AUGUSTA, Maine — Maine businesses are beginning to feel the impact of a health insurance overhaul law the Legislature passed earlier this year, with some companies seeing premium drops while others seeing their rates rise.
While it’s still early to gauge the full effect of the law, some patterns have emerged. Small businesses in rural, northern Maine tend to pay more while those in more urban southern areas pay less, according to a survey of more than 700 businesses by the Maine Bureau of Insurance. Some lawmakers had warned that could happen during debate over the bill.
Portland tech company Wixnet, which employs about 45 workers in their 20s and 30s, saw an 18 percent premium drop, while Mid-Maine Restoration in Edgecomb, with a slightly older work force of five, reported a 35 percent increase. Mid-Maine restores church steeples.
“We can’t absorb it, obviously,” Mid-Maine co-owner Lisa McSwain told the Portland Press Herald. “We’re a construction company in a recession. Even the fact that we’ve stayed in business is miraculous.”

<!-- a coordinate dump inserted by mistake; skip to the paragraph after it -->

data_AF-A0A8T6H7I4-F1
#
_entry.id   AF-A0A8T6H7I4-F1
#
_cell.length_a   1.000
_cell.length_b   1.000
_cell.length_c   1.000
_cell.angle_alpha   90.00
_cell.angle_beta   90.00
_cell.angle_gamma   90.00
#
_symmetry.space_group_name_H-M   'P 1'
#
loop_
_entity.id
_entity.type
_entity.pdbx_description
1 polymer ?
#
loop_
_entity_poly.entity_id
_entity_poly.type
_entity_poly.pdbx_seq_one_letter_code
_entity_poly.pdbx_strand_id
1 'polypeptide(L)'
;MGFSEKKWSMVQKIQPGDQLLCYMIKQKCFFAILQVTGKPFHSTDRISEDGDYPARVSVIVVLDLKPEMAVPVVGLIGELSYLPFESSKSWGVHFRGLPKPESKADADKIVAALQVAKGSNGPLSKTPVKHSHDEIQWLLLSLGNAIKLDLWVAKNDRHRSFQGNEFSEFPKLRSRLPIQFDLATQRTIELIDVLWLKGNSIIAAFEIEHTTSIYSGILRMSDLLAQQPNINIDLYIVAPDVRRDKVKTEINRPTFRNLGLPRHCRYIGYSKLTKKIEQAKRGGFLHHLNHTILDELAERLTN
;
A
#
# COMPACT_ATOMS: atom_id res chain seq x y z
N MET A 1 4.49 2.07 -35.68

The bill overhauling many provisions of Maine’s health care laws was passed by the Republican-controlled Legislature after extended partisan debate. The part that has had an impact so far eases rules on insurance carriers that sell group policies to companies with fewer than 50 workers.
It took effect in October. Other provisions will kick in during the next few years.
Among them are $4 charges on all Maine policyholders to cover the cost of high-risk individual policies, and giving businesses the go-ahead to shop out-of-state for coverage plans.
The Maine State Chamber of Commerce, which was neutral on the overhaul, said it’s too early to understand the full impact of the law.